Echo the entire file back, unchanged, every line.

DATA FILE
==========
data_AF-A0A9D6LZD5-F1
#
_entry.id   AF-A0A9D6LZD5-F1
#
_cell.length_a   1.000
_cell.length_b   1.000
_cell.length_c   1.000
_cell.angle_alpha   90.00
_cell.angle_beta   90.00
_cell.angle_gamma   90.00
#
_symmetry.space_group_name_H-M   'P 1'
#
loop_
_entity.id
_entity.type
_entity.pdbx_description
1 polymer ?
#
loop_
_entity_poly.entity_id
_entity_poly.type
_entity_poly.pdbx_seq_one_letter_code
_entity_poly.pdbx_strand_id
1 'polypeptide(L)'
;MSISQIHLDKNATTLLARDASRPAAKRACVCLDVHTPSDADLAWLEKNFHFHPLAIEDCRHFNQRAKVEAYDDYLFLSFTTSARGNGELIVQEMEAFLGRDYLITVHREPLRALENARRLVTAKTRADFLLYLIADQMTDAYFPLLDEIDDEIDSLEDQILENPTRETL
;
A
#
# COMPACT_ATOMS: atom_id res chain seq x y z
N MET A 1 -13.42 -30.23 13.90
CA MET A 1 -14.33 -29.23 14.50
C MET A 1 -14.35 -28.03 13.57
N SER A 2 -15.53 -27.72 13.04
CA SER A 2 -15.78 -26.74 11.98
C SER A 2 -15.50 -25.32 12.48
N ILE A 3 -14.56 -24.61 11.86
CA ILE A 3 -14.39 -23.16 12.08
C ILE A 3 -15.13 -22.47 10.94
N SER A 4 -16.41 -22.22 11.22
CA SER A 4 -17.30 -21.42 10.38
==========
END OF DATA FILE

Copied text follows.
data_AF-A0A9D6LZD5-F1
#
_entry.id   AF-A0A9D6LZD5-F1
#
_cell.length_a   1.000
_cell.length_b   1.000
_cell.length_c   1.000
_cell.angle_alpha   90.00
_cell.angle_beta   90.00
_cell.angle_gamma   90.00
#
_symmetry.space_group_name_H-M   'P 1'
#
loop_
_entity.id
_entity.type
_entity.pdbx_description
1 polymer ?
#
loop_
_entity_poly.entity_id
_entity_poly.type
_entity_poly.pdbx_seq_one_letter_code
_entity_poly.pdbx_strand_id
1 'polypeptide(L)'
;MSISQIHLDKNATTLLARDASRPAAKRACVCLDVHTPSDADLAWLEKNFHFHPLAIEDCRHFNQRAKVEAYDDYLFLSFTTSARGNGELIVQEMEAFLGRDYLITVHREPLRALENARRLVTAKTRADFLLYLIADQMTDAYFPLLDEIDDEIDSLEDQILENPTRETL
;
A
#
# COMPACT_ATOMS: atom_id res chain seq x y z
N MET A 1 -13.42 -30.23 13.90
CA MET A 1 -14.33 -29.23 14.50
C MET A 1 -14.35 -28.03 13.57
N SER A 2 -15.53 -27.72 13.04
CA SER A 2 -15.78 -26.74 11.98
C SER A 2 -15.50 -25.32 12.48
N ILE A 3 -14.56 -24.61 11.86
CA ILE A 3 -14.39 -23.16 12.08
C ILE A 3 -15.13 -22.47 10.94
N SER A 4 -16.41 -22.22 11.22
CA SER A 4 -17.30 -21.42 10.38